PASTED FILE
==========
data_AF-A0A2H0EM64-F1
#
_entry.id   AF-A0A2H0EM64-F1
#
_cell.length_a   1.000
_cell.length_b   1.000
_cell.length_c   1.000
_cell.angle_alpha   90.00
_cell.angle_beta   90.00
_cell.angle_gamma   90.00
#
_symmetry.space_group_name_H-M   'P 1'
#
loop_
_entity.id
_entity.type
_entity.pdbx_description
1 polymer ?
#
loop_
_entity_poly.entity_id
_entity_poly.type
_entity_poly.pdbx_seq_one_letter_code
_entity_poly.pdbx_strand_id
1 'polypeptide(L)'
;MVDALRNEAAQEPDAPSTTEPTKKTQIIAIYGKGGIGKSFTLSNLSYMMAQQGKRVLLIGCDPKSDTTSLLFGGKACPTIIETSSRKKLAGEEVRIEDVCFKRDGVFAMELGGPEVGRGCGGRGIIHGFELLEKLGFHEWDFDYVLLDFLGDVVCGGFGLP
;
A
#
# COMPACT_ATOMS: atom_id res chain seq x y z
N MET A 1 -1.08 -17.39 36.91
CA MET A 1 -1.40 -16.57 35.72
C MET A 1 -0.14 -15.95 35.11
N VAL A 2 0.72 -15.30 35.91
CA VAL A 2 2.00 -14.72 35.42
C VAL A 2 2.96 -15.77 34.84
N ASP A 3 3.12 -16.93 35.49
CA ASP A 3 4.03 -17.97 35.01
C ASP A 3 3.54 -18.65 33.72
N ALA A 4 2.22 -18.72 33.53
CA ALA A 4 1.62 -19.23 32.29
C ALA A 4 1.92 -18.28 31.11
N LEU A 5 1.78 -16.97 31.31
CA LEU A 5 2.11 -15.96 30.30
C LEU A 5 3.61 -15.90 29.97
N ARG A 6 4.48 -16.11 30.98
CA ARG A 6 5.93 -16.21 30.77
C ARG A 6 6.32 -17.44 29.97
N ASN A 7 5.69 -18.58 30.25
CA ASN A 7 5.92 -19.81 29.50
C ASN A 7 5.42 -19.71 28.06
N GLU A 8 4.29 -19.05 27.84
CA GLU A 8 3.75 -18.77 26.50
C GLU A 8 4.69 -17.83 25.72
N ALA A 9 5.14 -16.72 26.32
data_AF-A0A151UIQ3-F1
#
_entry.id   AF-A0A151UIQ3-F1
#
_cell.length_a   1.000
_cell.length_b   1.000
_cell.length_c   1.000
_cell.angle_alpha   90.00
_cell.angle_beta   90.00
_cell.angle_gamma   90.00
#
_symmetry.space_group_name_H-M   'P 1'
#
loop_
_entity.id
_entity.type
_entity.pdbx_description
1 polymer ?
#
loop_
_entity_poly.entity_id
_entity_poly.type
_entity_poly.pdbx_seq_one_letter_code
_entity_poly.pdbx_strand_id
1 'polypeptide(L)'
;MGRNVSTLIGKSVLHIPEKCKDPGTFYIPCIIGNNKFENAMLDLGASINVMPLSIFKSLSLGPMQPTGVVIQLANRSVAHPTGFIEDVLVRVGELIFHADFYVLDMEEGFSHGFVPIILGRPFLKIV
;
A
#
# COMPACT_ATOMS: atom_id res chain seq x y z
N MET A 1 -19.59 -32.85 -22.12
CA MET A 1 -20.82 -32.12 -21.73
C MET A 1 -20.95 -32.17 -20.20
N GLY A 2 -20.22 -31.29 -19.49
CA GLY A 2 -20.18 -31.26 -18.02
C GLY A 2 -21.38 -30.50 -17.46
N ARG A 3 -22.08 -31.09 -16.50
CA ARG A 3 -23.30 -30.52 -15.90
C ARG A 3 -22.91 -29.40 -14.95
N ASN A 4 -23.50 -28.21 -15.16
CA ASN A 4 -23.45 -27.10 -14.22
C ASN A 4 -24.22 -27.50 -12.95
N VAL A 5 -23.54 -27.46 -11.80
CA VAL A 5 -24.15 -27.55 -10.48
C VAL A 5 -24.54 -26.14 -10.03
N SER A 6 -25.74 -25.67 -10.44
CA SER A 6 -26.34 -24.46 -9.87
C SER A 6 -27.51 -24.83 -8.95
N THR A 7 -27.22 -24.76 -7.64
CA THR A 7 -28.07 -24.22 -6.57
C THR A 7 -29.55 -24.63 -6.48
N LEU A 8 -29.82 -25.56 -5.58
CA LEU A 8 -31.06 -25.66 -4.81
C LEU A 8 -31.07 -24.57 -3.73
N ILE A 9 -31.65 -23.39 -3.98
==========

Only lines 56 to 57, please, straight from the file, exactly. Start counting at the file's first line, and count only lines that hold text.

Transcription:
data_AF-A0A151UIQ3-F1
#